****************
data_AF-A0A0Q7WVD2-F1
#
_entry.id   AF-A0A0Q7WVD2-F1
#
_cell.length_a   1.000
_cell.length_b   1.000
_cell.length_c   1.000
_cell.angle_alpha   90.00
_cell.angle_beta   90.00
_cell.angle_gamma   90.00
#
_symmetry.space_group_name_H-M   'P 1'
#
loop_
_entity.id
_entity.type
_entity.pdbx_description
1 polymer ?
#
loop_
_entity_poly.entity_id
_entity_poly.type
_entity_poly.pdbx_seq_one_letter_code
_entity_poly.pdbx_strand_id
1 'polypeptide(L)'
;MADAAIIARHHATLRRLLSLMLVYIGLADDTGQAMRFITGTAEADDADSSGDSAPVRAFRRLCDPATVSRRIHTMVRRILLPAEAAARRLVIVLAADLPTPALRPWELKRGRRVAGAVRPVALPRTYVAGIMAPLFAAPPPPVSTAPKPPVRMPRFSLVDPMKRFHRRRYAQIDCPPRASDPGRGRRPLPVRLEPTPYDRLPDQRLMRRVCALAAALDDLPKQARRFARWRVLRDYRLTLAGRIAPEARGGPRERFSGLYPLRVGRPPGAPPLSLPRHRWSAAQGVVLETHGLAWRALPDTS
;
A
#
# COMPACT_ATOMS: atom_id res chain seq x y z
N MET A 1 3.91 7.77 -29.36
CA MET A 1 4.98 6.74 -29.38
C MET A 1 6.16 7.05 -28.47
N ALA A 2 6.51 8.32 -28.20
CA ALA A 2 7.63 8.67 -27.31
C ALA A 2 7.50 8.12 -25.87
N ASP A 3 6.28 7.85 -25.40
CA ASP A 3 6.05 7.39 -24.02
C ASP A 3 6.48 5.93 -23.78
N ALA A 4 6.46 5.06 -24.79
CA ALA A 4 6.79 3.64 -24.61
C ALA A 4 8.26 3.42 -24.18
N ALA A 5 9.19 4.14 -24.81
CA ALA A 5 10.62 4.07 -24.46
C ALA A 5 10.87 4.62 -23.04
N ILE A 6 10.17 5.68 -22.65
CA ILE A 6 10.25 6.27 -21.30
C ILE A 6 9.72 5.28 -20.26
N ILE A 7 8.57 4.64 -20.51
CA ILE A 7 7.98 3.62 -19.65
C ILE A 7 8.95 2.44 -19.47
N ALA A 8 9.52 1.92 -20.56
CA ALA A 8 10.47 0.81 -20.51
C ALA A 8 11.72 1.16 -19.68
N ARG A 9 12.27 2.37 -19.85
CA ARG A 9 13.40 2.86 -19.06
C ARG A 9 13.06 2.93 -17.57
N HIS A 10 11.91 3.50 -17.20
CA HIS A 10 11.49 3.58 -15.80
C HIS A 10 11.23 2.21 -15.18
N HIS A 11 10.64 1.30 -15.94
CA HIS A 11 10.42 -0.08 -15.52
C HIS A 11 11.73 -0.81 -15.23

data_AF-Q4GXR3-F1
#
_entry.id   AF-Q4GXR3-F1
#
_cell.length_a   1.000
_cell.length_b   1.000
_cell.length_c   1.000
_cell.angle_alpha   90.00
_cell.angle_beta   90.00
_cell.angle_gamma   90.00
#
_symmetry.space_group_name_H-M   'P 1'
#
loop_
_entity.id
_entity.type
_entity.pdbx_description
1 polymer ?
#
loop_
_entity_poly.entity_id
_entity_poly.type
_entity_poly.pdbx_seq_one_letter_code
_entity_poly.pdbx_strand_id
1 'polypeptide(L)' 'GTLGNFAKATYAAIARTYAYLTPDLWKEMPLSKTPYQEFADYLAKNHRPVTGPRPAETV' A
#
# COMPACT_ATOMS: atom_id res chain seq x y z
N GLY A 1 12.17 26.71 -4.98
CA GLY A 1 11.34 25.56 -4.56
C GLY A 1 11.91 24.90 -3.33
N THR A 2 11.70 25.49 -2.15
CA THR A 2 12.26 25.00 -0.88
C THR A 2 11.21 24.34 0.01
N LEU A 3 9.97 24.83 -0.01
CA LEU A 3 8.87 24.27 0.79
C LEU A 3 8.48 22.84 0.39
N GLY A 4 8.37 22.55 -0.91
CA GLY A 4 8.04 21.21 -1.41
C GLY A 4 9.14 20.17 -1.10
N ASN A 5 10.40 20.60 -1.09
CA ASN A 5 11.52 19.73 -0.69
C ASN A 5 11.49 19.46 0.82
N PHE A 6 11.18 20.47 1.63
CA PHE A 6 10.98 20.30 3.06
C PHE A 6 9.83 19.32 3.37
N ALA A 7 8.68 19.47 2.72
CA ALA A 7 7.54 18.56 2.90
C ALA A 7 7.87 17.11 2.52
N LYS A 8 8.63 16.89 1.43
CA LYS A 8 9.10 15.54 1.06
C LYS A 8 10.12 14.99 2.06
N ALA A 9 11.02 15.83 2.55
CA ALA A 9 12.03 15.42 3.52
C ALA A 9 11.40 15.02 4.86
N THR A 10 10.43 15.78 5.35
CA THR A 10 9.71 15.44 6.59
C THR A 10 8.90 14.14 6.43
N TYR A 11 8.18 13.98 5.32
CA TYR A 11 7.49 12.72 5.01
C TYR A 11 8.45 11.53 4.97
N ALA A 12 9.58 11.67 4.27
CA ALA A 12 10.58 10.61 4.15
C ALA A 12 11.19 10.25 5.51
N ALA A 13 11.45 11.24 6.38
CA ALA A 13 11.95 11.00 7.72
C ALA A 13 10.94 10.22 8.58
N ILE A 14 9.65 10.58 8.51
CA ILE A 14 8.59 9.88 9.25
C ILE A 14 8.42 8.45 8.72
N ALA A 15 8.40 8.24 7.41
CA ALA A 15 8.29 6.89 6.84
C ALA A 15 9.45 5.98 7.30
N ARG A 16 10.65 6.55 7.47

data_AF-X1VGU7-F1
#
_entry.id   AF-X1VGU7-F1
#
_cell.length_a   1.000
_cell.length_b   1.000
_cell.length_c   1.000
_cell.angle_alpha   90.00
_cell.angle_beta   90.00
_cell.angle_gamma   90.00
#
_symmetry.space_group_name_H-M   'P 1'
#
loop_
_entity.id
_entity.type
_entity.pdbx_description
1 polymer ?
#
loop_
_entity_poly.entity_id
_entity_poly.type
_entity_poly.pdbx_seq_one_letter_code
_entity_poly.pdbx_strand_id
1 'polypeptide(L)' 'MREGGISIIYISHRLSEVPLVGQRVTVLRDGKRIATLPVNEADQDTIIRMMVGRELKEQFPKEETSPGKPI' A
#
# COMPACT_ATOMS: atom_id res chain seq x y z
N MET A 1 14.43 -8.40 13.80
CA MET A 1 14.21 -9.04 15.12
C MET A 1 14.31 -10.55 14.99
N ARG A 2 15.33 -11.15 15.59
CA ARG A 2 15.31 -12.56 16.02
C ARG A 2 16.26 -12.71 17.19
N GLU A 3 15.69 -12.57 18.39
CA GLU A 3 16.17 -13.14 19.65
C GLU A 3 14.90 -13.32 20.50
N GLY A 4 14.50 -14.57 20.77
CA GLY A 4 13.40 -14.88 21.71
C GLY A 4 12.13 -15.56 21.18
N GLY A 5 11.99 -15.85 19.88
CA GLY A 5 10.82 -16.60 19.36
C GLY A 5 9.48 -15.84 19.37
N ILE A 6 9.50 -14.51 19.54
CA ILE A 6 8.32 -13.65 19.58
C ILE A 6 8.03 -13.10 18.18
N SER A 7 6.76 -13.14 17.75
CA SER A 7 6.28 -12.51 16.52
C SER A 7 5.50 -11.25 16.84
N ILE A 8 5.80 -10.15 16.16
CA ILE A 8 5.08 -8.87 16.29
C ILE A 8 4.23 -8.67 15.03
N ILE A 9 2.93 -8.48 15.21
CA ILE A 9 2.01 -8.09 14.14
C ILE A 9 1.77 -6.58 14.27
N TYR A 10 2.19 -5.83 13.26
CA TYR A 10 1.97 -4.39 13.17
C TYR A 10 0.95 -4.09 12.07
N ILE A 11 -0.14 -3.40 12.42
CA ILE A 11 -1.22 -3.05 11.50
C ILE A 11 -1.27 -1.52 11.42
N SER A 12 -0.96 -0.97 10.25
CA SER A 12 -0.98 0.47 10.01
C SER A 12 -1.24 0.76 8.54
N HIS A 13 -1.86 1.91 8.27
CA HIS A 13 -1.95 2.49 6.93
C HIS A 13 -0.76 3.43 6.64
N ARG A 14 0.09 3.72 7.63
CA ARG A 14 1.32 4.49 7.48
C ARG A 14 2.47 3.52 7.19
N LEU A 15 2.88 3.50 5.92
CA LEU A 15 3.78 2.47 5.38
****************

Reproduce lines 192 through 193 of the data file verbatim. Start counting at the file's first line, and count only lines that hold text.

CA TYR A 10 1.97 -4.39 13.17
C TYR A 10 0.95 -4.09 12.07